The UK law is very detailed and prescriptive when it comes to the requirements of safety checks of rental accommodations. Annual gas safety inspection must be undertaken by a certified Corgi gas engineer to ensure the legal requirements are met. The law allows for a fine of up to 5,000 and an imprisonment of up to six months if the landlords failed to meet this requirement.
By law the landlord is required to make sure the following requirements are adhered to:
* Open flue gas appliances should not be located in the same room where people are sleeping, or a bathroom.
* Repair, service or installation work related to gas appliances should be carried out by a Corgi registered operative.
* All fixed or mobile gas appliances within the property are maintained and their safety is inspected at least once every twelve months. The inspection must be carried out by a CORGI certified engineer.
* Any work done on gas appliances within the premises should be approved according to a list of safety tests undertaken by a Corgi approved engineer.
* The tenants living in the property must have unrestricted access to all documentation relating to the gas appliances (e.g. manuals for the appliances, safety documents).
* The dates of safety inspections must be kept in a clear set of records (which should also include any defects identified and respective work done). Access should be given to the tenants to such records within 28 days of the safety inspection or prior to new tenants moving into the property.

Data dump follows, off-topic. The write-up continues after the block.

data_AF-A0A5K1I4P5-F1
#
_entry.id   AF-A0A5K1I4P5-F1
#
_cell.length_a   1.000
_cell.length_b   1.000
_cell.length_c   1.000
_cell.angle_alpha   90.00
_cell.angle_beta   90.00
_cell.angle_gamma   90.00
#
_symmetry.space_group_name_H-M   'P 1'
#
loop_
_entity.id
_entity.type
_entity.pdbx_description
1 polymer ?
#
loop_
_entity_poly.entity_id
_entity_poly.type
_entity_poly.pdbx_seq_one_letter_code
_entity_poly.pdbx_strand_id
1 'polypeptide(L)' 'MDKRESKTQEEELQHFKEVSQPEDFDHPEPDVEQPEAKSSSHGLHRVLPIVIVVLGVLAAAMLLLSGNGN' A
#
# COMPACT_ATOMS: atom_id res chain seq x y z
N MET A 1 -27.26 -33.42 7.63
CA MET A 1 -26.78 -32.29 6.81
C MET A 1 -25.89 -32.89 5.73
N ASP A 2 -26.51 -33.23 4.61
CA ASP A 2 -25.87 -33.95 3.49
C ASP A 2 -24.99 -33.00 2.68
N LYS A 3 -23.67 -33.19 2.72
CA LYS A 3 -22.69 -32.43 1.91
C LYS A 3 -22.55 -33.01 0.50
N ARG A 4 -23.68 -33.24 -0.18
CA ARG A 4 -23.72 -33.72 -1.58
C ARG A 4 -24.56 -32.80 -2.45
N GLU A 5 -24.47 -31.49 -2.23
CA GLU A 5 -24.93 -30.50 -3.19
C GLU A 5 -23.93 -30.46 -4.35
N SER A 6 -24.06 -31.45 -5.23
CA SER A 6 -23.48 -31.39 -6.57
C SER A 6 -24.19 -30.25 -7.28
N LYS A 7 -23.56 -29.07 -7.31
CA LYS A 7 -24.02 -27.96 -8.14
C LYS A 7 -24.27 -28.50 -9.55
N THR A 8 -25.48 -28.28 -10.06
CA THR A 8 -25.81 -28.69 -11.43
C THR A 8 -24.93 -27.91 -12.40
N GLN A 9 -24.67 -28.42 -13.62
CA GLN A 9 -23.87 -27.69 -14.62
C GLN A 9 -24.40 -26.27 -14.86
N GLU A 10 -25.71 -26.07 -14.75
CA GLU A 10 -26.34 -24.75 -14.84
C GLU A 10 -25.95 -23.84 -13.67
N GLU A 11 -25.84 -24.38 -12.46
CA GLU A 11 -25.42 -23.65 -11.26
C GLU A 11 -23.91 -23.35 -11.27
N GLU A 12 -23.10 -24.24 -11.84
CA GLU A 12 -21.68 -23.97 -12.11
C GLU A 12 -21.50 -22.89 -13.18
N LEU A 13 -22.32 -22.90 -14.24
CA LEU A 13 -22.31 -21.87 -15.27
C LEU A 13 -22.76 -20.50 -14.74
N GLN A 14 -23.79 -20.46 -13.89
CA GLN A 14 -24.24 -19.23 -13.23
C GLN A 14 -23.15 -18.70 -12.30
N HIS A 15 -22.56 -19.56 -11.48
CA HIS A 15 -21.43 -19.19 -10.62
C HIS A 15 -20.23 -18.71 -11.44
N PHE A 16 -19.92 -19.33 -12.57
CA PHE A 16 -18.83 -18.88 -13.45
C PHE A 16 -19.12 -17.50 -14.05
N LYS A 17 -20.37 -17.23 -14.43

Carbon monoxide poisoning is responsible for around 20 – 30 deaths in the UK every year. It is highly recommended that landlords install carbon monoxide detectors to protect the tenants. Carbon monoxide is a colourless, odourless gas that is the result of incomplete burning within the boiler, and is normally a result of poor boiler installation. The gas, which is a combination of a single molecule of carbon with a single molecule of oxygen, is very dangerous as it causes serious breathing difficulties, potentially leading to lethal consequences.
The legal guidelines for landlords are very demanding when it comes to ensuring all domestic boilers are checked and serviced annually. Large landlords and housing associations find it difficult to meet such statutory requirements mainly owing to the administrative and logistical complexity of arranging access for the Corgi engineer to each property.
Landlords are finding it difficult to fulfil their legal requirements in cases such as of large blocks of flats. During normal hours, most tenants are at work and the flats are locked and empty, preventing the gas engineer from undertaking the required safety checks. Tenants are reluctant to use their annual leave days, or lose a day’s pay in order to wait at home for the gas engineer, making it difficult for the landlord to fulfil their legal requirement.
In extreme cases, a landlord has to resort to issuing an entry warrant into the property if the tenant fails to cooperate. Such cases are very regrettable as they are complicated and costly, due to the need for police to attend and additional making good costs (which can get to 500 per property).